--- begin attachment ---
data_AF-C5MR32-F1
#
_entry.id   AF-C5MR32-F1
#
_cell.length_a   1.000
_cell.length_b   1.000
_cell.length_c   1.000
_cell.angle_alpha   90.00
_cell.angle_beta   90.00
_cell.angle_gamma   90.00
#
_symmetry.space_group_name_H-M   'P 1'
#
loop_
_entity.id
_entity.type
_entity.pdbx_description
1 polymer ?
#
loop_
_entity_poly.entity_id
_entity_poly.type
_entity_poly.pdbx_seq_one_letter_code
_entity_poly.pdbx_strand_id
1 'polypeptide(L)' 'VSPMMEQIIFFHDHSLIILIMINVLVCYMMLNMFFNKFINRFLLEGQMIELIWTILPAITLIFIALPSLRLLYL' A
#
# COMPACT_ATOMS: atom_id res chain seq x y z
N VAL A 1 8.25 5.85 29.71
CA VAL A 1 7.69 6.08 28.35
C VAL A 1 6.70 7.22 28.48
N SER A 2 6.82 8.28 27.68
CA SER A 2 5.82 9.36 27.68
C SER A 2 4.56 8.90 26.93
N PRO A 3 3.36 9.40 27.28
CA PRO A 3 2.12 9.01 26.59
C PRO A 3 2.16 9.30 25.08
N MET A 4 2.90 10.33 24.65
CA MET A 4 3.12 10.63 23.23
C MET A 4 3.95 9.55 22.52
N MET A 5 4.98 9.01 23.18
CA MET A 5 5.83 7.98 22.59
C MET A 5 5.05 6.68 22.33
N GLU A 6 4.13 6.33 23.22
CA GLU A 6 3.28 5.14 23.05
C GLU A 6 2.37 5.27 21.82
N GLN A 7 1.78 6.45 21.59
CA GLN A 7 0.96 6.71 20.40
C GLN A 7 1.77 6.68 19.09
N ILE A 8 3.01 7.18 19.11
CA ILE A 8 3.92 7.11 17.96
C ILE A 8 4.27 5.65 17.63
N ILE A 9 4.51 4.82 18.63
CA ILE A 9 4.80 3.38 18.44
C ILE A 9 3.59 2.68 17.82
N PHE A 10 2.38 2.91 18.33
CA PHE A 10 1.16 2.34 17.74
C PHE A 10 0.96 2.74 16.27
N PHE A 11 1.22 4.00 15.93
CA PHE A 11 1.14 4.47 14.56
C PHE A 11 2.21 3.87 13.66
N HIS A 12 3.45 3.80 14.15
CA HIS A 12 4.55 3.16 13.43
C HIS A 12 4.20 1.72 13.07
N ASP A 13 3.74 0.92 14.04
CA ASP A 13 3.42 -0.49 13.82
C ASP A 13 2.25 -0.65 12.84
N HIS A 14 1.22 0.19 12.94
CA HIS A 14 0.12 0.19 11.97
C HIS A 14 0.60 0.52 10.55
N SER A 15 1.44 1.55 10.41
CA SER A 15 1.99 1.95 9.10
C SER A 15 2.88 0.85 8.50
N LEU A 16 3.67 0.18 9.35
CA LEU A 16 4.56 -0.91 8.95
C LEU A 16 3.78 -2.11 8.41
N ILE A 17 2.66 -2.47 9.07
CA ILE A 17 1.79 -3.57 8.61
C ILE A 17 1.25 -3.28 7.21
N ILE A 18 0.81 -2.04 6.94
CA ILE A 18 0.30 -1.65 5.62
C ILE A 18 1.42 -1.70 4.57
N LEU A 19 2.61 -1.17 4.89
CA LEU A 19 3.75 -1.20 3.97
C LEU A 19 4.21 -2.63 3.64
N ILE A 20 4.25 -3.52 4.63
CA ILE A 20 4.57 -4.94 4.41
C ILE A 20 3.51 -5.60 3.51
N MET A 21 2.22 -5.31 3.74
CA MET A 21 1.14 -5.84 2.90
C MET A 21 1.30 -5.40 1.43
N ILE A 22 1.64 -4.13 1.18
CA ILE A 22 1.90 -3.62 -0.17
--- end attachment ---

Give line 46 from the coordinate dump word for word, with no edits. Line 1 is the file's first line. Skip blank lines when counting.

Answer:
N GLN A 7 1.78 6.45 21.59